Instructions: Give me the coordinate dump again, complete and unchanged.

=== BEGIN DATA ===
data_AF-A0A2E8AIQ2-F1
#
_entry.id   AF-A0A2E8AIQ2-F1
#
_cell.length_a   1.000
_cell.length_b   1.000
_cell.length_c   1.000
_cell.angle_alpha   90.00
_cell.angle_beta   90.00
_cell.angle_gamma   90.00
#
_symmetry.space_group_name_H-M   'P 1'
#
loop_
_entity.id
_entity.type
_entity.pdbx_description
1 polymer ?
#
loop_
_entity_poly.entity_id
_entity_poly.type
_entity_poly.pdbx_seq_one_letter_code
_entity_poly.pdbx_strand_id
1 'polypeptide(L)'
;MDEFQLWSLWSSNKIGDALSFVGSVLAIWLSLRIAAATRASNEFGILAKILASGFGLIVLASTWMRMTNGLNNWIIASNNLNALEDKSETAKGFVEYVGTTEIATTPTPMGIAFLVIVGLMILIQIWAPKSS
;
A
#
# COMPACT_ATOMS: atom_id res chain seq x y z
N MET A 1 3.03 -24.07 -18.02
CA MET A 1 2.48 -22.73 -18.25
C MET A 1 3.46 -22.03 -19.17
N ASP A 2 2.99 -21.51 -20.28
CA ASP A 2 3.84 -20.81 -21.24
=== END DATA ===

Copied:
data_AF-A0A2E8AIQ2-F1
#
_entry.id   AF-A0A2E8AIQ2-F1
#
_cell.length_a   1.000
_cell.length_b   1.000
_cell.length_c   1.000
_cell.angle_alpha   90.00
_cell.angle_beta   90.00
_cell.angle_gamma   90.00
#
_symmetry.space_group_name_H-M   'P 1'
#
loop_
_entity.id
_entity.type
_entity.pdbx_description
1 polymer ?
#
loop_
_entity_poly.entity_id
_entity_poly.type
_entity_poly.pdbx_seq_one_letter_code
_entity_poly.pdbx_strand_id
1 'polypeptide(L)'
;MDEFQLWSLWSSNKIGDALSFVGSVLAIWLSLRIAAATRASNEFGILAKILASGFGLIVLASTWMRMTNGLNNWIIASNNLNALEDKSETAKGFVEYVGTTEIATTPTPMGIAFLVIVGLMILIQIWAPKSS
;
A
#
# COMPACT_ATOMS: atom_id res chain seq x y z
N MET A 1 3.03 -24.07 -18.02
CA MET A 1 2.48 -22.73 -18.25
C MET A 1 3.46 -22.03 -19.17
N ASP A 2 2.99 -21.51 -20.28
CA ASP A 2 3.84 -20.81 -21.24